2. Sceptre Ultra-Thin Display

      Sceptre is another company that provides excellent displays for your CPU. The screen size is a little smaller at 20 inches, but it’s made up for the slightly lower price than Acer. It also comes with two HDMI ports and built-in speakers and is wall mount ready.

      Buy this computer monitor.

      3. ViewSonic LED Monitor

      best monitor

        If you want the best monitor to set up in your office or around the house, ViewSonic’s LED screen is another good option to buy. The resolution is full HD and has a broader tilt ranging from -5 to 23 degrees.

        On top of that, the product comes with a 3-year warranty. Included in the bundle are a VGA cable, monitor, power cable, and audio cable.

        Buy this computer monitor.

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        4. ViewSonic Gaming Screen

          While we just covered a ViewSonic monitor, this one is specifically built for gaming in mind.

          Overall, this computer screen provides the same specs as the previously mentioned item. The key differences are that this one is slightly longer, comes with pre-set customizable visual modes, and offers a maxed out contrast, delivering a dynamic contrast ratio for sharp and crisp images. It also comes with a DVI cable.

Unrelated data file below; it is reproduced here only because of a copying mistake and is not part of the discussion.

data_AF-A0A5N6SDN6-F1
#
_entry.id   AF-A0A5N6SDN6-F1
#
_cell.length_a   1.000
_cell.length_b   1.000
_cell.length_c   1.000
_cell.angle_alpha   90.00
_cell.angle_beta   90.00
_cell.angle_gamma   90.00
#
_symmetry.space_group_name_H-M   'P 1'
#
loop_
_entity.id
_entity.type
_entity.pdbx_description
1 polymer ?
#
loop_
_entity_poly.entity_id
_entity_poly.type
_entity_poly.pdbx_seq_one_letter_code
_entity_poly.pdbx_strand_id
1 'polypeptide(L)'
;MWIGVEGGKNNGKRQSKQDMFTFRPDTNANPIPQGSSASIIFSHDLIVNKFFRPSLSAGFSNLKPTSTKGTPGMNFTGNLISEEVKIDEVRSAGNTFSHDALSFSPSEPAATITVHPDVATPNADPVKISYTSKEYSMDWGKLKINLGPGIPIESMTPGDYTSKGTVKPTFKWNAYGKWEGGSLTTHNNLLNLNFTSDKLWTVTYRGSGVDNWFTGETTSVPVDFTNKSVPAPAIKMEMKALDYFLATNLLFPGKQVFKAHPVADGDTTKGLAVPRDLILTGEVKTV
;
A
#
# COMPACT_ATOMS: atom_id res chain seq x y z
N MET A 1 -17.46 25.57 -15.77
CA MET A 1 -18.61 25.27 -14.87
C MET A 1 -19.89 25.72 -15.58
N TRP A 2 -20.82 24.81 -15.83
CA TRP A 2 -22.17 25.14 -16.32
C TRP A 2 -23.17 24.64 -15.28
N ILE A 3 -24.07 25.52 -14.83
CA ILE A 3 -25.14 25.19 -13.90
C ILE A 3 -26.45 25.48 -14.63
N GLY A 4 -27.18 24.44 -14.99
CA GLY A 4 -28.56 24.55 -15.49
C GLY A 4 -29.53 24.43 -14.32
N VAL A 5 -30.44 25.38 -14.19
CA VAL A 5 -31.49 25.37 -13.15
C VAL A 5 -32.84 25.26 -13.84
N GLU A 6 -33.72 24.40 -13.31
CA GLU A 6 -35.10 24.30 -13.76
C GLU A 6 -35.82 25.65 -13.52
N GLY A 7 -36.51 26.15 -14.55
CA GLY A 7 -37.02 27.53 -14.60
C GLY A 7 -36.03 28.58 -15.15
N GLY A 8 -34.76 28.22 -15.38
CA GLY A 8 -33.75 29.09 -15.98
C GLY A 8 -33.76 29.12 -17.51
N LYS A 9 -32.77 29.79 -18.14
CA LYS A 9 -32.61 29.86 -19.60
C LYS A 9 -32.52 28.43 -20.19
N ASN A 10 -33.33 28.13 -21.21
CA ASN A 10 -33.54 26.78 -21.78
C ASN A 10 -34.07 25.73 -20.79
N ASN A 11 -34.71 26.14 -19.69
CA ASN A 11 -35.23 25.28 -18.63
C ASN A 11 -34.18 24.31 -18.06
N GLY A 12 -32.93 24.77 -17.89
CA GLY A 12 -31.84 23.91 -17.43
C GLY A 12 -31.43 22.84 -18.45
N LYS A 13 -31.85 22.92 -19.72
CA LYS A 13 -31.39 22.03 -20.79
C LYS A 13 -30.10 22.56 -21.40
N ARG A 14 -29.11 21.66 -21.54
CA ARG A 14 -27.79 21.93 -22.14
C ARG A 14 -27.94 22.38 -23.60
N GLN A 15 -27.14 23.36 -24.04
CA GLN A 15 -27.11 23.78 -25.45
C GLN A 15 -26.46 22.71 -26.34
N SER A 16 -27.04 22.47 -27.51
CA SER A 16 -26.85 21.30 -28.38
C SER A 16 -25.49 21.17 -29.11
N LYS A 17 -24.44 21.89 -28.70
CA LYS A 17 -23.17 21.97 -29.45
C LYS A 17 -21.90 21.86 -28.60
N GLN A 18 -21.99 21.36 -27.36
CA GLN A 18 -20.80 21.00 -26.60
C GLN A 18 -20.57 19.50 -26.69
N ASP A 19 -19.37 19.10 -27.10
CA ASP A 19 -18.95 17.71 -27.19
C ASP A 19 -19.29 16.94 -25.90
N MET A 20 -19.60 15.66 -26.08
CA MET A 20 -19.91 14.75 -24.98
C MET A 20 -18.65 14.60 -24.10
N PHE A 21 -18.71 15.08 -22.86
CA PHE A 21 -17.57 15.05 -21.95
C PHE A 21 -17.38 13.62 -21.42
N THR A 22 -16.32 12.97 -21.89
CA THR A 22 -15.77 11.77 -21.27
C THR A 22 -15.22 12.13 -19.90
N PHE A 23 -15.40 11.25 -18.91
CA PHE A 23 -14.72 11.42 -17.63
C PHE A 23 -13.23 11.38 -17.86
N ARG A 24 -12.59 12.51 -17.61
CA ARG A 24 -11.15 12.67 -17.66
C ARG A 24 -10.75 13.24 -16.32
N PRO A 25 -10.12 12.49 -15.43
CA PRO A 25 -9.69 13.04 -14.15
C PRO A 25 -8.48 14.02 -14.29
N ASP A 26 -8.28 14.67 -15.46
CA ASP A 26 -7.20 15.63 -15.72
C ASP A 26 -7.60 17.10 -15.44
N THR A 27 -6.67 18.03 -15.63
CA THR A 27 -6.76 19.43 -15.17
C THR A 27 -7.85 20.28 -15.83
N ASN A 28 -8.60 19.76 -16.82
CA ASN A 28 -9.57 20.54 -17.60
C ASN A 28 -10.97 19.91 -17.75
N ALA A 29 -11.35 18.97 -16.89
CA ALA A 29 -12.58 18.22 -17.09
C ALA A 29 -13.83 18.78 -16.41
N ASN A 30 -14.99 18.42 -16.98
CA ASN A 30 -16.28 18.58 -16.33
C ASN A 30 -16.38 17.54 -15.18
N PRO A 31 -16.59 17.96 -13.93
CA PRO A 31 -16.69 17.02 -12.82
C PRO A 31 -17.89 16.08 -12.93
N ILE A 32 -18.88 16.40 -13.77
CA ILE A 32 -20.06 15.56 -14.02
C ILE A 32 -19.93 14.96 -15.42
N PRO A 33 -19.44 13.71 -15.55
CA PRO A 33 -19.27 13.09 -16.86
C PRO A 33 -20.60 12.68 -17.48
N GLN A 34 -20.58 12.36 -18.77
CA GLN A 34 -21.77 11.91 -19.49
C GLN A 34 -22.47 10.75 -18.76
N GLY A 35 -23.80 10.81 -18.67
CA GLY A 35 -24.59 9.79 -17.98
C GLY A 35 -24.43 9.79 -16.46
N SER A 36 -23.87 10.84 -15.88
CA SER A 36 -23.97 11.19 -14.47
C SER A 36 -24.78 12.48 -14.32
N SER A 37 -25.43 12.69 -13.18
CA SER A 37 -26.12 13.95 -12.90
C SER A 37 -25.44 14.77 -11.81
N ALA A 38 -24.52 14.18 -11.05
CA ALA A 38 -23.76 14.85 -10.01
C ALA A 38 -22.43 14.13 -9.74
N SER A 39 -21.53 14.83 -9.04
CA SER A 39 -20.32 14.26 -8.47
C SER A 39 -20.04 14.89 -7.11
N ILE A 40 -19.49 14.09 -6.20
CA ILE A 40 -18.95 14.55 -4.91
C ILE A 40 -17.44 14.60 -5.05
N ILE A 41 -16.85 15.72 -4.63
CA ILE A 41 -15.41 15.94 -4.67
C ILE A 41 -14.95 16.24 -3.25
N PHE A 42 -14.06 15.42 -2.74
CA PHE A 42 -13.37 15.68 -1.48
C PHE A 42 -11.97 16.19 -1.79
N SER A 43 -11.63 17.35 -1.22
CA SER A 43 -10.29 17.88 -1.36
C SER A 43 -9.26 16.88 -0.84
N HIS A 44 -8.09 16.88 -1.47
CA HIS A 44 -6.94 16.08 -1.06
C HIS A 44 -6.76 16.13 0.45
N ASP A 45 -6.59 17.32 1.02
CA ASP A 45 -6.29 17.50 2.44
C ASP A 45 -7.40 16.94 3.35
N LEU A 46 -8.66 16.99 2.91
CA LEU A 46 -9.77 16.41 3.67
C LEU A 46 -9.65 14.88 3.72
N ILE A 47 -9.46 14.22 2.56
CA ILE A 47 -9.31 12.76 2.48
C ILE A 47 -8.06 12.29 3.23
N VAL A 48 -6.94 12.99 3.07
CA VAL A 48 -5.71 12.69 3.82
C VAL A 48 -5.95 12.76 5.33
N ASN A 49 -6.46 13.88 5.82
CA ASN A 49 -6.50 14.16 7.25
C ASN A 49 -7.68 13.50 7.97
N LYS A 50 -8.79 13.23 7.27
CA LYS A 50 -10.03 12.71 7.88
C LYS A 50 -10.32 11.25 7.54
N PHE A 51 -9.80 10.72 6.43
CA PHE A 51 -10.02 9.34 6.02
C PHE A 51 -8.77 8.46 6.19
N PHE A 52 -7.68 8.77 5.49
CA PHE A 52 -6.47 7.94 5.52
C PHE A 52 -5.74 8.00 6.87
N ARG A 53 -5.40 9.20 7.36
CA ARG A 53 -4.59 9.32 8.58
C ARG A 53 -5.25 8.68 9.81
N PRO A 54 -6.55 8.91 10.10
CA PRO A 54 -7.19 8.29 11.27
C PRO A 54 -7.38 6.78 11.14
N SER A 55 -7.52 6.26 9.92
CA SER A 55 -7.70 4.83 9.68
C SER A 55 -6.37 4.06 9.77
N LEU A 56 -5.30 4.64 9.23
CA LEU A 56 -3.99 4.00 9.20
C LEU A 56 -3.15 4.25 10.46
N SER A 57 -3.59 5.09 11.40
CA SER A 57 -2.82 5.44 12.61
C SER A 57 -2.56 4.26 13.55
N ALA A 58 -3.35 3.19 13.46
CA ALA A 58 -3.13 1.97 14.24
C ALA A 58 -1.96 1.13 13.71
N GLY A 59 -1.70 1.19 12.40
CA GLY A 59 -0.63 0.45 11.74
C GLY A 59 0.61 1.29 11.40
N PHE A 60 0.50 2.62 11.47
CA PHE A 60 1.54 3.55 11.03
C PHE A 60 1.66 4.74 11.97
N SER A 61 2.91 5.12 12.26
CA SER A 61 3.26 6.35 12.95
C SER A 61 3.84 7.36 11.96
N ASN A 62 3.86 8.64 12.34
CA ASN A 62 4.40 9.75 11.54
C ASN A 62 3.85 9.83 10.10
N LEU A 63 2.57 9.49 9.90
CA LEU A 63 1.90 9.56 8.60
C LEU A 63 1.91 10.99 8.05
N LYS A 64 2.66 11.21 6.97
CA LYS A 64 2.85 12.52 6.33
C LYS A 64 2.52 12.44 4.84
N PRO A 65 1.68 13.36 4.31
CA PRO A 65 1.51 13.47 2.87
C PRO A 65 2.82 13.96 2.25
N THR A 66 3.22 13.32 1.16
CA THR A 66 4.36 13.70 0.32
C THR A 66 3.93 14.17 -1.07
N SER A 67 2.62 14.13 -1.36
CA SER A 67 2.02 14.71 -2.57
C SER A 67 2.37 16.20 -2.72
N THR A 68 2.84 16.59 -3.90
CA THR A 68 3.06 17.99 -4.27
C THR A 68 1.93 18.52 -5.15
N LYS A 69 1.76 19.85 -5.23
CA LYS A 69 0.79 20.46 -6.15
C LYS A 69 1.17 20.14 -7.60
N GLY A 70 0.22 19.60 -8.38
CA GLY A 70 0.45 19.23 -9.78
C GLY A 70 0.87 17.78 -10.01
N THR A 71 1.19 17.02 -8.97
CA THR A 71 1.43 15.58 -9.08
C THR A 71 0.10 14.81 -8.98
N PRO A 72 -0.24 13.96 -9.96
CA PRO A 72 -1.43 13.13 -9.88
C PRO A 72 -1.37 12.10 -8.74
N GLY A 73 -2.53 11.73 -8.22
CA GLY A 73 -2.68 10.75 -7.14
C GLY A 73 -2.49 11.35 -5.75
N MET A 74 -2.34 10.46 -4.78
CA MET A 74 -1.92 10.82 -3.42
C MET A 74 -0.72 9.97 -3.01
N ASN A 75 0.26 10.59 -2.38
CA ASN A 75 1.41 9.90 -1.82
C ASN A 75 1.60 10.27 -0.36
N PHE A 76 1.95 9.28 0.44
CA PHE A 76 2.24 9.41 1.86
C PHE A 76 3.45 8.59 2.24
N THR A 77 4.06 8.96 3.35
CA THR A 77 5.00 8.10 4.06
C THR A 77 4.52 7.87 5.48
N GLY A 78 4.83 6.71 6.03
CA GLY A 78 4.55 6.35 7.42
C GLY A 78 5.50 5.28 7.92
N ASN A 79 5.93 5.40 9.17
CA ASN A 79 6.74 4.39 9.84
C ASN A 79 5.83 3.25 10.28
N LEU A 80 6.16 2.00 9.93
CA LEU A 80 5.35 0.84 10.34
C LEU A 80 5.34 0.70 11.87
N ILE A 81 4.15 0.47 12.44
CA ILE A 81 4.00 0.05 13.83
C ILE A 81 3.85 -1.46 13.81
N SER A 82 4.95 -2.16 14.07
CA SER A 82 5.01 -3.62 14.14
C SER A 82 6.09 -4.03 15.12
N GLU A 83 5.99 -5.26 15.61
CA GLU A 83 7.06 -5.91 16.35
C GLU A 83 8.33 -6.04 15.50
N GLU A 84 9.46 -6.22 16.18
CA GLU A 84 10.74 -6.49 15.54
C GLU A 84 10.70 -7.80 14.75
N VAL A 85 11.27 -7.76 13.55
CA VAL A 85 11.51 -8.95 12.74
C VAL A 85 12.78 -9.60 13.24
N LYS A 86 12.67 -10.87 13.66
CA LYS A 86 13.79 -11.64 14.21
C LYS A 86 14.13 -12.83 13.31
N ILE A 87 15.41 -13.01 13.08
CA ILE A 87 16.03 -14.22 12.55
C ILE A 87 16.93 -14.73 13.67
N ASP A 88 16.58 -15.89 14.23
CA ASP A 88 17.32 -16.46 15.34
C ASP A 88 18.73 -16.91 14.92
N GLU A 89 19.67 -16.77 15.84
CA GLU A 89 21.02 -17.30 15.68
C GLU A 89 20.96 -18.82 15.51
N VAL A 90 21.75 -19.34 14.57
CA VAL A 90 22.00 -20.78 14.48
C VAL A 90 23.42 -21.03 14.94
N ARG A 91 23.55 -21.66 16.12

Buy this computer monitor.

          5. Asus Back Lit Monitor

          best monitor

            If you don’t mind spending a little more money, you can get an Asus Back Lit Monitor for your PC. A lot of the focus is on image quality, particularly having a strong contrast ratio and smart video technology for straight viewing. That feature also helps in reducing blue light since you’ll have more flexibility with the colors and brightness.

            Buy this computer monitor.

            6. Asus Back Lit Display

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              Another alternative to the previous Asus monitor is this one. It has a smaller contrast ratio, though it still delivers a smooth video display. You also have aspect controls, so you can adjust its display.